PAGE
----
"Carry less and look stylish with SkiBrogues" the inventor of a new Italian leather boot with built-in, retractable skis promises in his home-spun online video. But wait. What at first glance looks like this year’s must-have winter sports accessory is, in fact, an online viral ad for car rental company Hertz.
The idea was born out of the realization that to work best an online video must flatter as well as entertain its audience with realism rather than glossy production values, its creators at London branding agency Corke Wallis explain.
"Loose association with the brand and a lo-fi feel are key," says agency cofounder Michael Wallis, who appears in the web film, produced by creative motion design studio MoveMakeShake, as SkiBrogue’s inventor. "Lots of brands struggle as soon as a viral’s audience smell it’s corporate—they shy away because they don’t want to do the brand owner’s marketing for them."
Corke Wallis’ philosophy is to find and create and an audience then take it to a brand. It’s an approach it first tested in a viral production last spring with the launch of Bike Butterfly—an idea it developed speculatively for British folding bike-maker Brompton Bicycle in which Wallis describes his new invention for making himself more visible to pedestrians when cycling: a pair of large, pop-out bike wings.
The film, again produced by MoveMakeShake, is lo-fi and amateur in feel. The CGI used to demonstrate the spoof product’s pop-out wings, however, is top-end to make the end result believable. The video directed viewers to Bike Butterfly’s website, further strengthening the spoof while providing a platform for a subtle brand message in the form of a simple banner reading: "We Love Brompton Bikes."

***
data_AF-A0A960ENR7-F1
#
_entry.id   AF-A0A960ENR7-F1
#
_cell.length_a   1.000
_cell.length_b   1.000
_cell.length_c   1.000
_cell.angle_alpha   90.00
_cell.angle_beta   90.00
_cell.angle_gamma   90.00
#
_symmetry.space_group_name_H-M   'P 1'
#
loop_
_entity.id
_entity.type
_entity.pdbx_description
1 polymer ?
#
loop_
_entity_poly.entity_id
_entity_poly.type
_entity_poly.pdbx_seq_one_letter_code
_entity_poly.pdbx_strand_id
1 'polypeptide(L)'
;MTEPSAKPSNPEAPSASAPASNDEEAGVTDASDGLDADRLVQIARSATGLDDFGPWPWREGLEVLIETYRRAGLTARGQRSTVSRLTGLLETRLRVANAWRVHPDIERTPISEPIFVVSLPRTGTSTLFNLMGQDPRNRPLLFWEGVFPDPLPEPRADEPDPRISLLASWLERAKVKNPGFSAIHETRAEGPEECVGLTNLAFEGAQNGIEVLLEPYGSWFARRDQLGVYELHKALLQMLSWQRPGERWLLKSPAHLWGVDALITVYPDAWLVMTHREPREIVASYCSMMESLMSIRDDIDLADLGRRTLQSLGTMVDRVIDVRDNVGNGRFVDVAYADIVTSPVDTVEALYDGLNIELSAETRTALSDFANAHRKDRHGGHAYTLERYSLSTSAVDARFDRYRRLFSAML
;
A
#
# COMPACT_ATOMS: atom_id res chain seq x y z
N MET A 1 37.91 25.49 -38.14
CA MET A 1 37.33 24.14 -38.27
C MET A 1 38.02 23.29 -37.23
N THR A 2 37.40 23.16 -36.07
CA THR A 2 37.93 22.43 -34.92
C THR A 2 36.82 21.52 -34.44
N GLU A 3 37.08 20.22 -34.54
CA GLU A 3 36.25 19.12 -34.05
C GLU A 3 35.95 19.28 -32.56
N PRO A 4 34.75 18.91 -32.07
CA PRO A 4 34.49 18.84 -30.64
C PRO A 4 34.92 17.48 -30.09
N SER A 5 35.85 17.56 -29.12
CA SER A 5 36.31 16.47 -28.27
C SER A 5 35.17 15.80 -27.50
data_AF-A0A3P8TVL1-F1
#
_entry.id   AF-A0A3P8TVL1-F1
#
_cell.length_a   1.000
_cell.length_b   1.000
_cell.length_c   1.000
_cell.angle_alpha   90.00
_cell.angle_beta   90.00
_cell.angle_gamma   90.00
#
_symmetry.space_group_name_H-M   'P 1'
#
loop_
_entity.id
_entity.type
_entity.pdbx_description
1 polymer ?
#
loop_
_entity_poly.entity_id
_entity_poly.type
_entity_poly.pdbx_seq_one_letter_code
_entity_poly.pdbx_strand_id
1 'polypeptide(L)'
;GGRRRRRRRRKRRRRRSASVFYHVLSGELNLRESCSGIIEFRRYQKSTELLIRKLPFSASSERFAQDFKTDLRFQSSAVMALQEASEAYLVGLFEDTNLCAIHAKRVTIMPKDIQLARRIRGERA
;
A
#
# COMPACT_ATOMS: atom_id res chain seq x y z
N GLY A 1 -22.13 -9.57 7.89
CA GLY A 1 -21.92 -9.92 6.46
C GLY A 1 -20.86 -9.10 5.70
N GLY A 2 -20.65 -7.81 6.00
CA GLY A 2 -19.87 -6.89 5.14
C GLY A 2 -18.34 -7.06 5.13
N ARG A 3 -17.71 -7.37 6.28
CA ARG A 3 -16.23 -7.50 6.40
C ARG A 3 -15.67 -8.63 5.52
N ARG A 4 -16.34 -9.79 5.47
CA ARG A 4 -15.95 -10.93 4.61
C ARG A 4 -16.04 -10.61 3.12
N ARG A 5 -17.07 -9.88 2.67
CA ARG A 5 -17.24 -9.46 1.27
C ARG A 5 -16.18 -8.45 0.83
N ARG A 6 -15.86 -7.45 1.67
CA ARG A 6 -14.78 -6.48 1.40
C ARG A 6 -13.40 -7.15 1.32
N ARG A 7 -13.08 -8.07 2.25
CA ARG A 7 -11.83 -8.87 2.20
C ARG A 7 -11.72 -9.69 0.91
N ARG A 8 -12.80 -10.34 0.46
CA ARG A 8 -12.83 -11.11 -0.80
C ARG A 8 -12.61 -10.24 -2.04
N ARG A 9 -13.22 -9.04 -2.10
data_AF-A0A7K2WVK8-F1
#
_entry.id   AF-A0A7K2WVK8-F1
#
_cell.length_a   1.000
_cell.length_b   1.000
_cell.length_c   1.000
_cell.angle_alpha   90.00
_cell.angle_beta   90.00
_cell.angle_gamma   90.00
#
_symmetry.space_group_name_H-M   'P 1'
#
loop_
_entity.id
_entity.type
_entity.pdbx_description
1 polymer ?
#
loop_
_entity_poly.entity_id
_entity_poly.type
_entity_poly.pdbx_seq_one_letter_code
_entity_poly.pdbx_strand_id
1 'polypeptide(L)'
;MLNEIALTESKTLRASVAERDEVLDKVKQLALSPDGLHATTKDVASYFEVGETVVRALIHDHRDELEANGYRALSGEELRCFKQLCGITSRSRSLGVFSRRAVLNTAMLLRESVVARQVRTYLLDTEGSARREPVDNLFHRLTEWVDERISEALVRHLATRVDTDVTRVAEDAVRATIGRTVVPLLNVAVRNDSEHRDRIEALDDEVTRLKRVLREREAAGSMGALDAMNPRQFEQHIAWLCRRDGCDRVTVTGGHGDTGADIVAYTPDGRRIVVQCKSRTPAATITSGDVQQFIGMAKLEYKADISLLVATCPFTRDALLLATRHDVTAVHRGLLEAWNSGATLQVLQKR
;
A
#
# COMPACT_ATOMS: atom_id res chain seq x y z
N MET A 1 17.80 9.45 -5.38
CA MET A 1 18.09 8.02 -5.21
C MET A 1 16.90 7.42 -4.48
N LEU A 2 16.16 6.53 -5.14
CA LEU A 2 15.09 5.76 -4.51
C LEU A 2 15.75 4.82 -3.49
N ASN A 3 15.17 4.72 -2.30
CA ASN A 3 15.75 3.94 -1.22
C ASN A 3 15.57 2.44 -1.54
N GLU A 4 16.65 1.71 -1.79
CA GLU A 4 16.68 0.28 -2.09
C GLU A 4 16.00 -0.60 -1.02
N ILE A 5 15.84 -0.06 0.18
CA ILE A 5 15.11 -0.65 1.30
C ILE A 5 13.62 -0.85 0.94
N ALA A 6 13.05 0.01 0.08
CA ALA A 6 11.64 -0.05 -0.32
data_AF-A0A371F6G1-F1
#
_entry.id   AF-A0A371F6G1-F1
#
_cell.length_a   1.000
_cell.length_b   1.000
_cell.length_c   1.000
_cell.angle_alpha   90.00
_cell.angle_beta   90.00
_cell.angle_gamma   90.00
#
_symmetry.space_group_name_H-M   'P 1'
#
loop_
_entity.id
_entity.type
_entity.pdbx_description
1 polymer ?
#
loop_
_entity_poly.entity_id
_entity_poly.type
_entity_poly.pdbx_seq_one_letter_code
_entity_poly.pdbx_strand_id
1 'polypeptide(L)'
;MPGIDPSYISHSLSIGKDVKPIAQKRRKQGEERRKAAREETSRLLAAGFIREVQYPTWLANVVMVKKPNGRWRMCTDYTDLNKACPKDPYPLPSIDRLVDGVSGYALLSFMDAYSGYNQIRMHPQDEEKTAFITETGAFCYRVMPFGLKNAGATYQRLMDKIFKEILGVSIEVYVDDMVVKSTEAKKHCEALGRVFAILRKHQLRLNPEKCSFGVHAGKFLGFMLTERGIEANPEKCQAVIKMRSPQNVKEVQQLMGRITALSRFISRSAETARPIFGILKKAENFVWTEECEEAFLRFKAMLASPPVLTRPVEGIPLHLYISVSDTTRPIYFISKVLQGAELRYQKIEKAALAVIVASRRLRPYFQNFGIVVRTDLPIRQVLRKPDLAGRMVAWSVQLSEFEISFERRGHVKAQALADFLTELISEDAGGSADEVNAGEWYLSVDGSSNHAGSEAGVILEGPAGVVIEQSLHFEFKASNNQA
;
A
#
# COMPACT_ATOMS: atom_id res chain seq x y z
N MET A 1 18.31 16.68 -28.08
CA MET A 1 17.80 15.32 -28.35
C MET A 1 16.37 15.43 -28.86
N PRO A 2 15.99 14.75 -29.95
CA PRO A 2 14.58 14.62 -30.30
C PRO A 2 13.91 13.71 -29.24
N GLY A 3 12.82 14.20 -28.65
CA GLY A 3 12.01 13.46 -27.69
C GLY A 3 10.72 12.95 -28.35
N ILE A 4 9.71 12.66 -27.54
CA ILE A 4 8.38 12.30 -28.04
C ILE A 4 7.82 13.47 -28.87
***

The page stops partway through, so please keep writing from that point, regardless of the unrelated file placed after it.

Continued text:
Interest in Bike Butterfly prompted Hertz to approach Corke Wallis to create a viral ad for its Advantage Car Hire division. The result? KeyCopter—a smartphone-compatible key fob which, when activated, literally flies your missing car keys back home. In the supporting video, Wallis explains how the inspiration for his invention came when he lost a set of car hire keys while holidaying in Majorca …
Again, the KeyCopter film directed viewers to a dedicated website which this time carried links to Advantage’s website. In the fortnight following its launch on YouTube last August, the viral ad was viewed more than 250,000 times and traffic to Advantage’s website doubled. As a result, Hertz asked Corke Wallis to develop a further viral campaign supporting its winter holidays car hire proposition.
"The fake website is key to keep the conceit going and enable subtle brand messaging without spoiling the viral. You’ve got to generate a convincing 'is it real?' debate to keep it engaging and drive its distribution," Wallis believes.
As important, however, is to invest sufficient time and effort in crafting the film. "Our approach is self-consciously lo-fi—apart from high-quality CGI which is essential to make the products believable," he adds. "It’s all about flattering the audience—acknowledging they are clever, rather than underestimating their intelligence and dumbing down."
He’s got a point. Though whether the fact Bike Butterfly attracted serious inquiries from a number of bicycle retailers in Poland eager to stock the product supports that point isn’t clear.